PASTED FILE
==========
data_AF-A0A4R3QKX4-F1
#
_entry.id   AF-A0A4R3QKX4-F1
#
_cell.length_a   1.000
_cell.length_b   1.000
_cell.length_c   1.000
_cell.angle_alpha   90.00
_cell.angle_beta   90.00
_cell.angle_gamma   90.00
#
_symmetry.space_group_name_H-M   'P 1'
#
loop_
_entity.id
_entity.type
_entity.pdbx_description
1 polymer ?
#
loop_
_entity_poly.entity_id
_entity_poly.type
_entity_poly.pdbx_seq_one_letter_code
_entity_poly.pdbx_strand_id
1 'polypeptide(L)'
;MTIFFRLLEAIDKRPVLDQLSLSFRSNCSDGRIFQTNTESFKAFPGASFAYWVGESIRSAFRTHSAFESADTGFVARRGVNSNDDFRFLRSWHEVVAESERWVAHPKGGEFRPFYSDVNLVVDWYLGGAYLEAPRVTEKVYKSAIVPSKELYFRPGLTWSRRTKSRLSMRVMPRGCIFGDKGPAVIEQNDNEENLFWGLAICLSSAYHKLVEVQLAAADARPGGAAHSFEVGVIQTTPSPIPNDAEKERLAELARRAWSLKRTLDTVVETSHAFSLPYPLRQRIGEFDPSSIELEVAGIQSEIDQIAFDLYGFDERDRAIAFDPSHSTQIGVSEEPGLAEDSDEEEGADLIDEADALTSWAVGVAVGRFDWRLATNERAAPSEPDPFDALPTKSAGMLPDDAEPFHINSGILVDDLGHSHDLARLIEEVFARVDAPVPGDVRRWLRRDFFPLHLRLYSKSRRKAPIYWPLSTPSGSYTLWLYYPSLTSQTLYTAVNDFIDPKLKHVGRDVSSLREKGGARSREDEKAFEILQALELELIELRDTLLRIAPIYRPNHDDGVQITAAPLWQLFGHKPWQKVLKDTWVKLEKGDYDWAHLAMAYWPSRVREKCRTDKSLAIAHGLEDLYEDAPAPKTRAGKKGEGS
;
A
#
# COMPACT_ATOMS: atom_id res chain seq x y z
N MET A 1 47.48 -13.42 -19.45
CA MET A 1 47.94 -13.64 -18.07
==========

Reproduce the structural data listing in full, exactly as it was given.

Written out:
data_AF-A0A4R3QKX4-F1
#
_entry.id   AF-A0A4R3QKX4-F1
#
_cell.length_a   1.000
_cell.length_b   1.000
_cell.length_c   1.000
_cell.angle_alpha   90.00
_cell.angle_beta   90.00
_cell.angle_gamma   90.00
#
_symmetry.space_group_name_H-M   'P 1'
#
loop_
_entity.id
_entity.type
_entity.pdbx_description
1 polymer ?
#
loop_
_entity_poly.entity_id
_entity_poly.type
_entity_poly.pdbx_seq_one_letter_code
_entity_poly.pdbx_strand_id
1 'polypeptide(L)'
;MTIFFRLLEAIDKRPVLDQLSLSFRSNCSDGRIFQTNTESFKAFPGASFAYWVGESIRSAFRTHSAFESADTGFVARRGVNSNDDFRFLRSWHEVVAESERWVAHPKGGEFRPFYSDVNLVVDWYLGGAYLEAPRVTEKVYKSAIVPSKELYFRPGLTWSRRTKSRLSMRVMPRGCIFGDKGPAVIEQNDNEENLFWGLAICLSSAYHKLVEVQLAAADARPGGAAHSFEVGVIQTTPSPIPNDAEKERLAELARRAWSLKRTLDTVVETSHAFSLPYPLRQRIGEFDPSSIELEVAGIQSEIDQIAFDLYGFDERDRAIAFDPSHSTQIGVSEEPGLAEDSDEEEGADLIDEADALTSWAVGVAVGRFDWRLATNERAAPSEPDPFDALPTKSAGMLPDDAEPFHINSGILVDDLGHSHDLARLIEEVFARVDAPVPGDVRRWLRRDFFPLHLRLYSKSRRKAPIYWPLSTPSGSYTLWLYYPSLTSQTLYTAVNDFIDPKLKHVGRDVSSLREKGGARSREDEKAFEILQALELELIELRDTLLRIAPIYRPNHDDGVQITAAPLWQLFGHKPWQKVLKDTWVKLEKGDYDWAHLAMAYWPSRVREKCRTDKSLAIAHGLEDLYEDAPAPKTRAGKKGEGS
;
A
#
# COMPACT_ATOMS: atom_id res chain seq x y z
N MET A 1 47.48 -13.42 -19.45
CA MET A 1 47.94 -13.64 -18.07